An Organ at Home – v1.5


It was actually earlier than 1963 that Ricky first brought home some of the Standaart from the Savoy – even if it was only the Toy Counter.

However, after winning the Hobbies Exhibition, Ricky contacted the Savoy’s new owners regarding the organ and was told he could remove the instrument as a whole. The next parts came from the Playhouse Cinema and finally in the winter of 1963-1964 the final parts were saved from the Pleasure Gardens Theatre and the long process of installation began.

James Bond House

Certain modifications had to be made to the house, some to accommodate the organ, others to improve family life. The below sections written by Ricky are taken from then March 1966 Cinema Organ Society Journal.


 “I have to confess that when I knocked out the chimney breast-to make more space-I installed the organ console in its place! This gave me the opportunity of placing two concealed spot lights above which add a dash of glamour to the layout. The wall panel at the rear is also illuminated by coloured lighting.”

The Pit

“While convincing my wife that the drawing-room floor needed attention I.craftily dug a pit six feet deep underneath in which to install the blower and a forty amp rectifier for the organ”


“My wife was overjoyed with the large picture window which I fitted in place of the former sash windows, but I spent more time on the three loudspeaker enclosures hidden below the generous windowsill.”


“The next big job that I tackled was one which really paid-off, although I must confess it did give me more than one moment of anxiety. I knocked down the dividing wall between two rooms, and after installing a steel girder I cut a slot in the ceiling close to the wall and then made what I can only describe as a cinema “Safety Curtain”. At the push of a button this timber, hardboard and steel wall section is raised out of sight into the room above by an electric motor. A false wall in the bedroom hides this however, along with the chunks of railway line which I fitted as counter weights. The idea works very well and my wife now calls this place the “James Bond house”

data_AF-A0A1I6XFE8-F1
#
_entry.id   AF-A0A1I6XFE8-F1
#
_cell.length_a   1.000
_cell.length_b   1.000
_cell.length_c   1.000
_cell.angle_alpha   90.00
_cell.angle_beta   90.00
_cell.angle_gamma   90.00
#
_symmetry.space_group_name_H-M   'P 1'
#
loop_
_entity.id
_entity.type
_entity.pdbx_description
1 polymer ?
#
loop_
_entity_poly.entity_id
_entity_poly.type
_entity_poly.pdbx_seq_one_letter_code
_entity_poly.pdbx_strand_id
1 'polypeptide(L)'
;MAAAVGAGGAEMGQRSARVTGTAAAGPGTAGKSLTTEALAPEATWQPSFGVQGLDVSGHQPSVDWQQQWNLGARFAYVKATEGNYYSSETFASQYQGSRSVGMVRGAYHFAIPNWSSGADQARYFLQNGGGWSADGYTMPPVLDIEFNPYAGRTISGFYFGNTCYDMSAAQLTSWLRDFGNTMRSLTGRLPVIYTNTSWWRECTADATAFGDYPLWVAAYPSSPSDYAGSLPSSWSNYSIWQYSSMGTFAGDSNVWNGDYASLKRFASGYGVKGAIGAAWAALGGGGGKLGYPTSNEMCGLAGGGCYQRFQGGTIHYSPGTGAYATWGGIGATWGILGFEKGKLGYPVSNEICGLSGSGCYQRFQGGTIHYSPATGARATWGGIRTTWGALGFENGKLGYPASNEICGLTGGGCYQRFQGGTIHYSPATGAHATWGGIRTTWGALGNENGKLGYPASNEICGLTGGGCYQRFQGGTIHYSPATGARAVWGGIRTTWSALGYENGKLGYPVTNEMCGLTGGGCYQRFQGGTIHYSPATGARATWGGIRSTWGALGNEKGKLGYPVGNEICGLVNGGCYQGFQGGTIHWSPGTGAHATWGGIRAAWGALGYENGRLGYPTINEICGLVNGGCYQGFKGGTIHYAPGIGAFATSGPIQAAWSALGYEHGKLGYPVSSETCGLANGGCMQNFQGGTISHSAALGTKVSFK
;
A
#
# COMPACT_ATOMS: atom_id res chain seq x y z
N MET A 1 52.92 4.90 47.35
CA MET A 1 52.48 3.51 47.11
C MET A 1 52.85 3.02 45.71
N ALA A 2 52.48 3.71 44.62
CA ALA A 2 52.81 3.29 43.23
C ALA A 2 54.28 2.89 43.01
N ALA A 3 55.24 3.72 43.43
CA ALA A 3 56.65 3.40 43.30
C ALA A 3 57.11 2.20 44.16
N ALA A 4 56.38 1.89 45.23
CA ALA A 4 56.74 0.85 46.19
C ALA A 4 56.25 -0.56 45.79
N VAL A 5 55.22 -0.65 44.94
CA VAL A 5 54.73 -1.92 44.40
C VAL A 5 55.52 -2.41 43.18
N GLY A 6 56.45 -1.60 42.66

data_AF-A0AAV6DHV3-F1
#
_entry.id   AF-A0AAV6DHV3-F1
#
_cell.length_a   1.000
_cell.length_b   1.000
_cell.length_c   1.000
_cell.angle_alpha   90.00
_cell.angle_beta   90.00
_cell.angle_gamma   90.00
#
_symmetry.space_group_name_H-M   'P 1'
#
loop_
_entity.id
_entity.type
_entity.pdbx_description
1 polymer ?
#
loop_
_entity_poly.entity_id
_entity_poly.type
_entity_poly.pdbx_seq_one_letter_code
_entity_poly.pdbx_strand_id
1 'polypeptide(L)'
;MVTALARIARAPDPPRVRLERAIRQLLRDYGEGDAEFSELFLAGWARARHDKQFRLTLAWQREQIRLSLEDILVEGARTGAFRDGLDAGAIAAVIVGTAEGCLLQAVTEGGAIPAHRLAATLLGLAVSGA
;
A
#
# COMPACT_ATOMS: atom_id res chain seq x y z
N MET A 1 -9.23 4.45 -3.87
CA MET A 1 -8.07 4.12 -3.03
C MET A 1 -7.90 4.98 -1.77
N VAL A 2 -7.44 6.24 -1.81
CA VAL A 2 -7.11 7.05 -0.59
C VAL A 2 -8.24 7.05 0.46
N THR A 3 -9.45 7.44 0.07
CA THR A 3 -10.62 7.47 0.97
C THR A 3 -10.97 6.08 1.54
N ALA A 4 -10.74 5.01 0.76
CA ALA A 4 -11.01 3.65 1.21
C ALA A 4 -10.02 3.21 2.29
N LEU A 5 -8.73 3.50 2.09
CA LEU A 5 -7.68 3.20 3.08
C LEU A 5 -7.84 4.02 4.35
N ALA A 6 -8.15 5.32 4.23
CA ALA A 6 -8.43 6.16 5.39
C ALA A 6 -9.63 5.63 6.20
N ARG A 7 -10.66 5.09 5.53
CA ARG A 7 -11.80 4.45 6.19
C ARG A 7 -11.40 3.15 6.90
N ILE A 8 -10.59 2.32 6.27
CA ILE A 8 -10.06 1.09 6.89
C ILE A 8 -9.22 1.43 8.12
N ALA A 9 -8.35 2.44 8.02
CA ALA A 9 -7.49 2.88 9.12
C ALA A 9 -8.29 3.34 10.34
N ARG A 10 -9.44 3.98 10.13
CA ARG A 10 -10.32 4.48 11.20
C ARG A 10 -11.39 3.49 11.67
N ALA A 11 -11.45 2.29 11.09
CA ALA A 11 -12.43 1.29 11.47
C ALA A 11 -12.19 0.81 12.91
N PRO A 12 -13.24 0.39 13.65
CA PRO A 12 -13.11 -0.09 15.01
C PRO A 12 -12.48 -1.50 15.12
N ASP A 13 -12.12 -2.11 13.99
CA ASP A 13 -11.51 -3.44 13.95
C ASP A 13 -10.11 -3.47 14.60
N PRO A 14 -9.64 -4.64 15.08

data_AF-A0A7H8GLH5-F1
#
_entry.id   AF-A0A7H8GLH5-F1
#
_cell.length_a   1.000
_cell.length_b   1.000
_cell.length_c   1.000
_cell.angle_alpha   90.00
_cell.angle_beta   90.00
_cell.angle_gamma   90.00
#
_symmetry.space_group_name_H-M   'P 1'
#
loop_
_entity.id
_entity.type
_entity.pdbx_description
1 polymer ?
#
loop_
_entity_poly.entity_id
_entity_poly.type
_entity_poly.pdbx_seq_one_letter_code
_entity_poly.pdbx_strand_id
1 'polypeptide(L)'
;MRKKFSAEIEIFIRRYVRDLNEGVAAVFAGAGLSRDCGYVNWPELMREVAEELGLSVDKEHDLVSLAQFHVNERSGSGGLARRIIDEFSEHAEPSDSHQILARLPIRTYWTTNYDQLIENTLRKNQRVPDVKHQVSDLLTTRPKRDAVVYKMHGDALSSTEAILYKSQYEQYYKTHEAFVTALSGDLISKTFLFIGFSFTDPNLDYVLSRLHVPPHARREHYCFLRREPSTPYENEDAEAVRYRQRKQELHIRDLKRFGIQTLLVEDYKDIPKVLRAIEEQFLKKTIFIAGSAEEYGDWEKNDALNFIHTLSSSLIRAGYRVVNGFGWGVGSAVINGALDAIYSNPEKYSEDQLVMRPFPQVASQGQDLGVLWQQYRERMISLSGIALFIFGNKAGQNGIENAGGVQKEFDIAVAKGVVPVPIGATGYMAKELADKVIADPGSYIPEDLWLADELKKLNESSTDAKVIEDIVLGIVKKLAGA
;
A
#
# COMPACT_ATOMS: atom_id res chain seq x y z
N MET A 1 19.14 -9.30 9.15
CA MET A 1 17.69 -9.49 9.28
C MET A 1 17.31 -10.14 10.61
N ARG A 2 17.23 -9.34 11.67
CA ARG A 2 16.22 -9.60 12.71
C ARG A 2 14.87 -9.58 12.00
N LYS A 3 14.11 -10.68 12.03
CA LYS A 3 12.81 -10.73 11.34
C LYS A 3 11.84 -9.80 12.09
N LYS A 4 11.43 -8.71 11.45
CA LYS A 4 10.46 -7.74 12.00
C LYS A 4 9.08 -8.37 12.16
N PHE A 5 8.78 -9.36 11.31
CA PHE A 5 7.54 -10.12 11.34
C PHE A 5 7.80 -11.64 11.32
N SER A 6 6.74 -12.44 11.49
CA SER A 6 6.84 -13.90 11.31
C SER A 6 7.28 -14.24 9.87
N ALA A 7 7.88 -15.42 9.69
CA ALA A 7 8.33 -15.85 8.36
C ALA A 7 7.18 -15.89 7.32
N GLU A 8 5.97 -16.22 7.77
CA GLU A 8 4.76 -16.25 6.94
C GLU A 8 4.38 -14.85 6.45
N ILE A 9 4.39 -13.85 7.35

56 years after its construction and it still worked despite being stationary for many years


“When I started five years ago there wasn’t even a floorboard up there, but I covered three-quarters of the floor space and screwed each board in place, as nailing would have played havoc with the plaster ceilings. The chamber is only 8-ft. 6-in. square with 6-ft. 11-in. headroom at the highest point. The ceiling is packed with 2-in. thick blocks of “Jablite” heat insulation and covered with timber. The walls are also of timber, and filled with a 2-in. filling of sawdust.”


“The blower is homemade, and with a twelve-bladed impeller of twenty-inch diameter it produces upwards of 11-in. w.g. I will have to spend more time, however, experimenting to overcome noise, and furthermore, the load is too great for the one horsepower motor when run for more than ten minutes. I have written to several of the large blower firms for information regarding impeller size and design, but of course-this is a closed shop, so I am having to find out these things the hard way”

An example of a letter to Ricky
An amended version of the Blower arrangement with 1/6hp bossters.

There were of course no video recorders in December 1964 when Southern TV broadcast this, but thankfully an off-air audio recording was made by Ricky. The recording includes both Ricky and Yvonne talking about the organ.

Stanley King
Stanley King